Who Gets the Charitable Donation for the WSOP’s One Drop Events?

At this year’s World Series of Poker, there are two events where money is donated to the One Drop Foundation: the high rollers event with a $111,111 buy-in (won by Tony Gregg for $4.8 million over the weekend), and the “Little One for One Drop” later this week with a $1,111 buy-in. I received an email over the weekend:

I played in the High Rollers No-Limit Hold’em over the weekend, and was wondering if I got the charitable donation or if Caesars [the owners of the WSOP] did? According to the WSOP, $3,333 of the entry went to One Drop.

The Tax Code (which is law) requires that charitable donations be substantiated. This can be done through a written statement provided by the charity. These can also be proven through copies of cancelled checks, credit card statements showing the donation, and cellphone statements. However, anyone claiming a donation of $250 or more must obtain the written acknowledgment from the charity.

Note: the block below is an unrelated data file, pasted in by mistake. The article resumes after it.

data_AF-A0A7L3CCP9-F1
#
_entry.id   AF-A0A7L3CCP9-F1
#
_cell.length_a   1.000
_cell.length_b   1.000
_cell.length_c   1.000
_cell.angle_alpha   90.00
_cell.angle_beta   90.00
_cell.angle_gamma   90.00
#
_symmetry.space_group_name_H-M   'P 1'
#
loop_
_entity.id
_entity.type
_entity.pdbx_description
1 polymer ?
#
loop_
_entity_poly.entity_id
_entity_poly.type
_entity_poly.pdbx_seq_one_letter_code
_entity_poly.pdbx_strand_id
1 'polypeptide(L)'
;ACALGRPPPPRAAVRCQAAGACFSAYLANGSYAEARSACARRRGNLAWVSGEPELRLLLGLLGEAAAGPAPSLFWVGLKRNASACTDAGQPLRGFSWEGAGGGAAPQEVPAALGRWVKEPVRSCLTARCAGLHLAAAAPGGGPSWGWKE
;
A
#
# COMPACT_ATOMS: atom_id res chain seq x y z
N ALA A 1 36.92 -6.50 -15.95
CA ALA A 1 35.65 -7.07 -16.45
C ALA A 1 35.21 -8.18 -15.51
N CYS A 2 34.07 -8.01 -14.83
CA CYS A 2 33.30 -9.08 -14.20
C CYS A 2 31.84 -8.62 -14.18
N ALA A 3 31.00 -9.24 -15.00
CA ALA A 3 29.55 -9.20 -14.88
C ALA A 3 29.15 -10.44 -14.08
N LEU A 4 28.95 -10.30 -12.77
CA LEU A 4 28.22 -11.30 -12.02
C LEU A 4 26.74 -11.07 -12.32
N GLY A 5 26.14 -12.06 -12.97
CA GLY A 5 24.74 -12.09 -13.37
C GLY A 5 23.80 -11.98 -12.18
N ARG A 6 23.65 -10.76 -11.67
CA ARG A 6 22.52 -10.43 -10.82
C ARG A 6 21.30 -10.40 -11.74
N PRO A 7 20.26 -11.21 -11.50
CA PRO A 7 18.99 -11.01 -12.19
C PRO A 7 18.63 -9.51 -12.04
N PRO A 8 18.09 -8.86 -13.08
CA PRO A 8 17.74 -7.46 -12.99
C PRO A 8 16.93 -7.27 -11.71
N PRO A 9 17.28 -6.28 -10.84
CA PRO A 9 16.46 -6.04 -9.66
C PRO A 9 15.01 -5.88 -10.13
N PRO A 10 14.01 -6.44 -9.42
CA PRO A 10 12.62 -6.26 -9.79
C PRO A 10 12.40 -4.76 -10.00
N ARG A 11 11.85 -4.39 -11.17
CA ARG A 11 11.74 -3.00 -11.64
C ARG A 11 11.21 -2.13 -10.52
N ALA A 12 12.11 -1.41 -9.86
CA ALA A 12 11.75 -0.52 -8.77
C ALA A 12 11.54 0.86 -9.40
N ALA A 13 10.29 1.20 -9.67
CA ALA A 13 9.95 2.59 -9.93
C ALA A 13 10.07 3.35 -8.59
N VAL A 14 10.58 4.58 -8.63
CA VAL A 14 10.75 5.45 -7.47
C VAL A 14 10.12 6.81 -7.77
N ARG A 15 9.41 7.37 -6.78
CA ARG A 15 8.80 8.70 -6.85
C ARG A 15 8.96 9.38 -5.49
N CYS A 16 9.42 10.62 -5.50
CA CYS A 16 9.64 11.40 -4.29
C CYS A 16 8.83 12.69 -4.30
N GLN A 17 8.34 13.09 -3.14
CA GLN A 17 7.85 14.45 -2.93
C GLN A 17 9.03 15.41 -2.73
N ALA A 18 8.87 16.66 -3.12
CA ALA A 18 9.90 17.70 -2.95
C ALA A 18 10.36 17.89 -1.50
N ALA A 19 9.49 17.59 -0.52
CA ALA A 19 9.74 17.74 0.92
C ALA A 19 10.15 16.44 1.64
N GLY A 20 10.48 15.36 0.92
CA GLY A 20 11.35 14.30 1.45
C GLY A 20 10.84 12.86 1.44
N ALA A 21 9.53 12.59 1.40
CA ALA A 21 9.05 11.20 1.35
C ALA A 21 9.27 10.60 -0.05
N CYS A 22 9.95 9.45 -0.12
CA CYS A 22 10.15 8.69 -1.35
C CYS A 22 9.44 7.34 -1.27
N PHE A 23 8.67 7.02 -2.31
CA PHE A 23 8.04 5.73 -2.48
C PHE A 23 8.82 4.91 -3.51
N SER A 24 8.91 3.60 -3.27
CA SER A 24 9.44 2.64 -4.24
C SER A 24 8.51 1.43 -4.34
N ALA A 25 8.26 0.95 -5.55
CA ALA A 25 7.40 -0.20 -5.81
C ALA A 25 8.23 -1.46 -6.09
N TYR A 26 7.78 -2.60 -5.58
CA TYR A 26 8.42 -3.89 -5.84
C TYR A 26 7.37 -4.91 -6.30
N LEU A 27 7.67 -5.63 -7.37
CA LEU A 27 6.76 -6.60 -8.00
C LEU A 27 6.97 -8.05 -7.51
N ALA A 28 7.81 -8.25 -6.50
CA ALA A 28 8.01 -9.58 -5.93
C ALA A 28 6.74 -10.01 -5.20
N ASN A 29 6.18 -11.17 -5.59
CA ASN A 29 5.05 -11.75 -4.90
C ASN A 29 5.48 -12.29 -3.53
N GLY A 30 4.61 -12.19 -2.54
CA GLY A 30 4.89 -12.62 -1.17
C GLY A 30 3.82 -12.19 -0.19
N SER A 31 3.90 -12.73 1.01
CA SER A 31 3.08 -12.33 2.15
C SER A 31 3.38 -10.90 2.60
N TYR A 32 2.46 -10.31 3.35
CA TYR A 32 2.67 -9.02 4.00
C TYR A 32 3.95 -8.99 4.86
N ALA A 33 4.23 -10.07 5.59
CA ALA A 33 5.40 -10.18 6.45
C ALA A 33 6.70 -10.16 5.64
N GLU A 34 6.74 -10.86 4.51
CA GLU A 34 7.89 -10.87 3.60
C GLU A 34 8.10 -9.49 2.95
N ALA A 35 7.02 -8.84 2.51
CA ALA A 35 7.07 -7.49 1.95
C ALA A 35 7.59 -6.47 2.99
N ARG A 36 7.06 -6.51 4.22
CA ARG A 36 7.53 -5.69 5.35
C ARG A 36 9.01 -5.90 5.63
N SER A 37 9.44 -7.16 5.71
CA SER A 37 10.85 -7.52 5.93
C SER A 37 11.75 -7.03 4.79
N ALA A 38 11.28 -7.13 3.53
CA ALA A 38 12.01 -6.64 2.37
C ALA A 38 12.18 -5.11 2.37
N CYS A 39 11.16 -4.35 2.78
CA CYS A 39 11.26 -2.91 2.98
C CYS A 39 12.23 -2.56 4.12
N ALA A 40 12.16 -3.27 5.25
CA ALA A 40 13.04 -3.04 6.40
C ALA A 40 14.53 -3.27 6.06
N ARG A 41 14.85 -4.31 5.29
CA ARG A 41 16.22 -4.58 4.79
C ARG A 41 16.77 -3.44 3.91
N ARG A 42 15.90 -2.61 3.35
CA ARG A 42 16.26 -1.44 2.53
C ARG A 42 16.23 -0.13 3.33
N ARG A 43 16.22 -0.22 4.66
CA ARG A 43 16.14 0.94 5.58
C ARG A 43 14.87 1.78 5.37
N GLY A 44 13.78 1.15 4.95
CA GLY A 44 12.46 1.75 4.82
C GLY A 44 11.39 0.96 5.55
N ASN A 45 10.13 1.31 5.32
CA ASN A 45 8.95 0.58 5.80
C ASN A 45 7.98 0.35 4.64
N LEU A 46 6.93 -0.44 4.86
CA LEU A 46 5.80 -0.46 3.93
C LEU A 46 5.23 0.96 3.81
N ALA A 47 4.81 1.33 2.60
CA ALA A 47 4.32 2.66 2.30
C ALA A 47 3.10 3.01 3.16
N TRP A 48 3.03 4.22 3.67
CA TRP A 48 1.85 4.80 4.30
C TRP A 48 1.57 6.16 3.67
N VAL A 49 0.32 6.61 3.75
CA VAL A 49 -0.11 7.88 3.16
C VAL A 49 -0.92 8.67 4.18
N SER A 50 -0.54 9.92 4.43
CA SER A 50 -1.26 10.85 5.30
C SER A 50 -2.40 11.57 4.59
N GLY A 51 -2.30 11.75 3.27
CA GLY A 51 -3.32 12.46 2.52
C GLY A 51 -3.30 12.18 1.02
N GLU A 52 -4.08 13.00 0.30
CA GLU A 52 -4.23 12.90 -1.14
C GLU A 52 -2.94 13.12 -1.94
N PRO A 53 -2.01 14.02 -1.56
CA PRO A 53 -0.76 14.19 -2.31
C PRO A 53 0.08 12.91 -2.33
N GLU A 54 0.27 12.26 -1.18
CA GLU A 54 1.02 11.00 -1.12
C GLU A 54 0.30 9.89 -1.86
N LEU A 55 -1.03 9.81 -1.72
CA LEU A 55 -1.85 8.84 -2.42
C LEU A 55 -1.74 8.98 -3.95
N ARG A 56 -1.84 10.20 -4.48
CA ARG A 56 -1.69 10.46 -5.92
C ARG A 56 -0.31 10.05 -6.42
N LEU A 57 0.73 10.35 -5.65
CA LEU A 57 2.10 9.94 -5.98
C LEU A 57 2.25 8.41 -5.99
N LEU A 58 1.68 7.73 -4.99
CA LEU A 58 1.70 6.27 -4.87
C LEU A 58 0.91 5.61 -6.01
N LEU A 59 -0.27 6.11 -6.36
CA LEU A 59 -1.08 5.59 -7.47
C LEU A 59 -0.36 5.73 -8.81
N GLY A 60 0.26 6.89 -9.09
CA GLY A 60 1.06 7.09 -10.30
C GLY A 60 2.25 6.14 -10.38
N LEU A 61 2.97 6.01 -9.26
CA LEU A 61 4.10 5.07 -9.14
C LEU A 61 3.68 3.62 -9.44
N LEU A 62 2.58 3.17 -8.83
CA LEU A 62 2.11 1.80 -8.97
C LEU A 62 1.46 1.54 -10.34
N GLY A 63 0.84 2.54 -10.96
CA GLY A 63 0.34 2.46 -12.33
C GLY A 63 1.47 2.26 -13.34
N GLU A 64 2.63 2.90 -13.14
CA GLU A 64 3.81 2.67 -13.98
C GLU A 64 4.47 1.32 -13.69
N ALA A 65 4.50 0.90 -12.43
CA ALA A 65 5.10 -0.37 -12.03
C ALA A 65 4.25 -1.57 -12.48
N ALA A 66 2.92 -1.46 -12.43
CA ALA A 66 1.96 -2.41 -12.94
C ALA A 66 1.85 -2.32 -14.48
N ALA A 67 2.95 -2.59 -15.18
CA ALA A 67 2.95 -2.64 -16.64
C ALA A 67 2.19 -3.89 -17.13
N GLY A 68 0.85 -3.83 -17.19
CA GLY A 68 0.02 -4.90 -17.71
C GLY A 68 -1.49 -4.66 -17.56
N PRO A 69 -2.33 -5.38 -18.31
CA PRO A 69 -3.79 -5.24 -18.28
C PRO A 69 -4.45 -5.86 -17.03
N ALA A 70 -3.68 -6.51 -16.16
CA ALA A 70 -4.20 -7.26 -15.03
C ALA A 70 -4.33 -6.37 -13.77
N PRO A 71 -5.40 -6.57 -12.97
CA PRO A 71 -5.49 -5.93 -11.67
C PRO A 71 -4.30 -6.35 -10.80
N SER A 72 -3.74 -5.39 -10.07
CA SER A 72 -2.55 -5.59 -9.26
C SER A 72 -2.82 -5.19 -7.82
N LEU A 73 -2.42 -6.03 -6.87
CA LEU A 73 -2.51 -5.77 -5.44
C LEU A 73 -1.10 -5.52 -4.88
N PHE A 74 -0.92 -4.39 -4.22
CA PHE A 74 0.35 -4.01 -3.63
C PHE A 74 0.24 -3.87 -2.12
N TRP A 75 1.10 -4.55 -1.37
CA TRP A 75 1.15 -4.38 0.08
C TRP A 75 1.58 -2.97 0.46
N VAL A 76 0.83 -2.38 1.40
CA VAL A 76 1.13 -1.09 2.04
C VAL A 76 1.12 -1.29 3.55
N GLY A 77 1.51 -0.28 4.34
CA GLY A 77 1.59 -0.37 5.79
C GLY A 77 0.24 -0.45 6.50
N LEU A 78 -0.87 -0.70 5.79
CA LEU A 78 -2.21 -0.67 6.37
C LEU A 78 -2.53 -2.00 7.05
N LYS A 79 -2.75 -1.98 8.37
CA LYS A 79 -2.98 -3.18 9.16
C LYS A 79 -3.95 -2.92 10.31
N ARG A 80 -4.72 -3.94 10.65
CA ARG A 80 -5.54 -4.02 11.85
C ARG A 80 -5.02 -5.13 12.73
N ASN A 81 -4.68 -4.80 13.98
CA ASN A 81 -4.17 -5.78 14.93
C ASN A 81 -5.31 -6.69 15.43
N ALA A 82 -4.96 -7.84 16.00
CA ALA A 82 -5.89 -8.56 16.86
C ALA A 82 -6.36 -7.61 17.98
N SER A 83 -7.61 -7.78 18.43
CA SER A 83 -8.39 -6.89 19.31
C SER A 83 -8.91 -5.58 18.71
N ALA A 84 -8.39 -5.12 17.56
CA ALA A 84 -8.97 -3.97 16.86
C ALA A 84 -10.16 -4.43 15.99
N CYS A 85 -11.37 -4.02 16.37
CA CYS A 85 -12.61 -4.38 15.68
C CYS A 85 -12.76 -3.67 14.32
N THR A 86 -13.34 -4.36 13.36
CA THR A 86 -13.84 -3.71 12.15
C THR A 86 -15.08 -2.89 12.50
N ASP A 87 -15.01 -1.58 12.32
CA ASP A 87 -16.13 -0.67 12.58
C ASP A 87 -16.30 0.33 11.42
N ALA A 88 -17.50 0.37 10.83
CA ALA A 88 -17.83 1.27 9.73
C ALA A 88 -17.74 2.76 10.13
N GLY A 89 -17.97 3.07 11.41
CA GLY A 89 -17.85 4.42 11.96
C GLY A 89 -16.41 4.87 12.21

The individual who sent me an email also sent a copy of his buy-in receipt. It clearly shows he entered the High Roller event for $111,111; however, nowhere on the receipt does it show a donation receipt to any charity for any amount–just that the individual paid $111,111 to enter the tournament. An individual player does not meet the Tax Code’s substantiation requirements for a charitable donation.

As to who gets the donation, that’s clear: Caesars does. They have taken $3,333 from each of the 166 entries and donated $553,278. Caesars will be able to take the donation on their corporate tax return (subject to the restrictions on charitable donations made by corporations).

I assume the entry receipts for the Little One for One Drop will be similar (nothing being shown on the receipt acknowledging the charitable donation). Thus, the charitable donation of $111 per entry in the Little One for One Drop is rightly taken by Caesars. However, poker players entering the Little One for One Drop (and those who entered the One Drop High Roller event) do have a gambling loss if they do not cash in the event.

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